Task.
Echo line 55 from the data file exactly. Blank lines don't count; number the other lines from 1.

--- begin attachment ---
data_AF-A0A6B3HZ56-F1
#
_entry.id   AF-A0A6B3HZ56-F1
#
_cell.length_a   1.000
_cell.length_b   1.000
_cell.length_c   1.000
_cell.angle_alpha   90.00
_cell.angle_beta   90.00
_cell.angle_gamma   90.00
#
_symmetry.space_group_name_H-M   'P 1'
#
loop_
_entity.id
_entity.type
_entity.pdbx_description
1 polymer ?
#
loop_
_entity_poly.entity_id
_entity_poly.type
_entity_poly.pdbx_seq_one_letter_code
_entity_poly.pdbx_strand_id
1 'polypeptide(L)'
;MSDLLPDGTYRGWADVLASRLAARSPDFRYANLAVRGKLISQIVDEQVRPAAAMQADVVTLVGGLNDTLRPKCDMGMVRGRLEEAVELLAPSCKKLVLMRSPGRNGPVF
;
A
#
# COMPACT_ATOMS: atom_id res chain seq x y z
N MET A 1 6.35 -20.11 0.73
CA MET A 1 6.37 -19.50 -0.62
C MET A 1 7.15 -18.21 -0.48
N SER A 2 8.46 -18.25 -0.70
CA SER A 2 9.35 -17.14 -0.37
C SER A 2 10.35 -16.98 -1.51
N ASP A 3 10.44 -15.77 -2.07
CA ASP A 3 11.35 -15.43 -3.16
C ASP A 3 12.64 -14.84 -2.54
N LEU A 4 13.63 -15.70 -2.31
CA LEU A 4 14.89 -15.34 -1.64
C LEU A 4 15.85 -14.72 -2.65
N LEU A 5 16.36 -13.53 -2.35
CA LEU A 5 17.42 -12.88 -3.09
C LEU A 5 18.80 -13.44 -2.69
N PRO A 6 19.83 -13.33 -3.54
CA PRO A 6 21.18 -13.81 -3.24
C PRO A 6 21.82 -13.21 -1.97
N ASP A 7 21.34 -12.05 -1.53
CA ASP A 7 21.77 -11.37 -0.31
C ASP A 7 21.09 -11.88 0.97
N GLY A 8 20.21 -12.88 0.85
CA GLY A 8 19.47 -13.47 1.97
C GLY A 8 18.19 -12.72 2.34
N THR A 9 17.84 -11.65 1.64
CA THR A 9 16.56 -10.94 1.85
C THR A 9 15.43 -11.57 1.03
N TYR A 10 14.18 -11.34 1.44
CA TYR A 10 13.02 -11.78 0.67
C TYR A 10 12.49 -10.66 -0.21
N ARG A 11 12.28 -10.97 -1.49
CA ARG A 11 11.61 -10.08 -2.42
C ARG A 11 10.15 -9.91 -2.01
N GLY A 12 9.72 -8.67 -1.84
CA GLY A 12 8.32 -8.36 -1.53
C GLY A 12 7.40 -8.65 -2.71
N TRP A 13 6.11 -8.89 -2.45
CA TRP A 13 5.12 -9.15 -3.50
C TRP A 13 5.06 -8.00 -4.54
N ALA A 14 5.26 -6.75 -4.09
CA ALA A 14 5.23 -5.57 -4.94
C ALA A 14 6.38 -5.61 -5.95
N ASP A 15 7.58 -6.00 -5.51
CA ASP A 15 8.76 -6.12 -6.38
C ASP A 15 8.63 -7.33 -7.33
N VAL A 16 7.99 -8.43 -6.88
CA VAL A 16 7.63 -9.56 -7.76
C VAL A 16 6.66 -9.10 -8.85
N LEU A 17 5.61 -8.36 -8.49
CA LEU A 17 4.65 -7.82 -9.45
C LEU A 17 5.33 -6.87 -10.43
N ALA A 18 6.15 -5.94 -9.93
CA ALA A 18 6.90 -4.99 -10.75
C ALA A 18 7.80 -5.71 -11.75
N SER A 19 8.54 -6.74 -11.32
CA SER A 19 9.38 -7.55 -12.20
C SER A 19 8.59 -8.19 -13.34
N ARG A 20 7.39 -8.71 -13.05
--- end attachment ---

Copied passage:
N THR A 9 17.84 -11.65 1.64